• In a statement, the MUD said the election was “premature” and lacked “proper conditions,” and called it “a show by the government to give an impression of legitimacy that it does not have in the midst of Venezuelans’ agony and suffering.”

  • Most of the candidates that might have run against Maduro have been barred from running, including Henrique Capriles and Leopoldo Lopez. Capriles was banned for office for 15 years due to “administrative irregularities,” and Lopez is facing house arrest.  
  • Henri Falcon broke with the line and decided to run against Maduro. “You will disappear as politicians and as parties for not understanding the dynamics of a country that demands solutions and not conflict,” Falcon told the MUD.

What is the government saying? 

  • Maduro says Venezuela’s election system is clean, and accuses the US of leading a right-wing international conspiracy to end socialism and take over his nation’s oil. 
  • “I’m ready for the battle, ready to make history,” Maduro said on Thursday. “Who is it who gets to elect the president of Venezuela? A military coup? … The government of Colombia? …. Donald Trump?” Maduro said during Thursday’s event in downtown Caracas.

  • The government has support across different sectors, according to different estimates about a quarter of eligible voters continue to support Maduro’s political ideology and policies.

  • “I don’t think the opposition parties are offering a real alternative to bring change,” Zumira Cardozo, a government supporter, told Al Jazeera. “We reached to this point, due to the economic war they have imposed against the government”, she added.

  • “The only actor that must recognise the elections is the Venezuelan people, and the only institution that has the faculties to give results and legitimise the process is the National Electoral Council of Venezuela,” Ministry of Popular Power for the Information and Communication wrote. 

Key issues

  • Economy: The central issue the country is facing is the economic crisis, with the current inflation and queues for food and medicines.

  • The cost of living and lack of basic good(s) has led to street protests in recent years. The IMF expects the economy to shrink by 15 percent in 2018, and it also expects unemployment to rise to 36 percent by 2022.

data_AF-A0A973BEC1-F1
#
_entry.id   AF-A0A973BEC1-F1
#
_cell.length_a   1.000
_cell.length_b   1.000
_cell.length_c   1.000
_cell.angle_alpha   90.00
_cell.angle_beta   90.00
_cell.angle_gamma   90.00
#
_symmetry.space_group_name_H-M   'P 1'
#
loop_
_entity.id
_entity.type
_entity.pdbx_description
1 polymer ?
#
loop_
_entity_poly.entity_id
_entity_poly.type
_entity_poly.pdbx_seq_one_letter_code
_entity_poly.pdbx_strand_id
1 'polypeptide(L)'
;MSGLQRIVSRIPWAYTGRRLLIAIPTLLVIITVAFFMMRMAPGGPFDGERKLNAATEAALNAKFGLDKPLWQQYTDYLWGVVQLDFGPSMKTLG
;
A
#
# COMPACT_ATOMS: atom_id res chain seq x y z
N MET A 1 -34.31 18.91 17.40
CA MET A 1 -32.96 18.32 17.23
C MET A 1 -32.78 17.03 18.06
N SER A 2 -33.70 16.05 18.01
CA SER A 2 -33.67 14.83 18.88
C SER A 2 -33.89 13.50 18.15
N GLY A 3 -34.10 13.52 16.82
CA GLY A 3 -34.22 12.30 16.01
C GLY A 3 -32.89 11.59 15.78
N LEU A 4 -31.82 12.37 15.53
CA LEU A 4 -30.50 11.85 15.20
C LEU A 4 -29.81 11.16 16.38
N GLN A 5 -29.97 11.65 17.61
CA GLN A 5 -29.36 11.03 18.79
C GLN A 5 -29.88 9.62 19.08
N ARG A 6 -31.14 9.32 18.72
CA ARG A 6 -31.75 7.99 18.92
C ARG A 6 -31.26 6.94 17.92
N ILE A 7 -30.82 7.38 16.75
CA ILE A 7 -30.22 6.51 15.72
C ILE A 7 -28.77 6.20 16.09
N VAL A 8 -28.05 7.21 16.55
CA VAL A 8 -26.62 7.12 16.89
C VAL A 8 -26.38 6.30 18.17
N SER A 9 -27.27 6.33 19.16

• Oil industry: Venezuela also has the world’s largest oil reserves but the domestic industry is currently failing to meet local needs. Venezuela’s oil production fell 13 percent in 2017 to a 28-year low of about 2.072 million bpd. Insufficient investments, US sanctions, and the plunge in global oil prices have hammered the oil industry.

  • In the private sector, US energy ConocoPhillips has seized assets belonging to the Venezuelan state-owned oil company PDVSA over a $2bn dispute over unpaid debts.
  • Leaving the country: Many citizens are choosing to leave the country. Roughly 550,000 Venezuelans left for Colombia at the end of 2017, according to migration authorities. 

What is the international community saying? 

  • Turkey, Antigua and Barbuda, Bolivia, Cuba, Nicaragua and Russia have voiced their support for this process.

  • The Lima Group – which brings together 12 nations mostly from Latin America – expressed its “strongest rejection” and stated that this process “will lack all legitimacy and credibility.”

  • On February 23, the Organization of American States (OAS) approved a resolution that requested the Venezuelan government to cancel the presidential elections. 

  • The European Parliament also said in February that it will not recognise the election, unless several conditions are met, such as the release of political prisoners.

 May 21 

  • Citizens are expected to know the results by Monday, May 21st. 

  • While the 2017 elections saw massive protests, this year there are no planned large-scale demonstrations for the election day.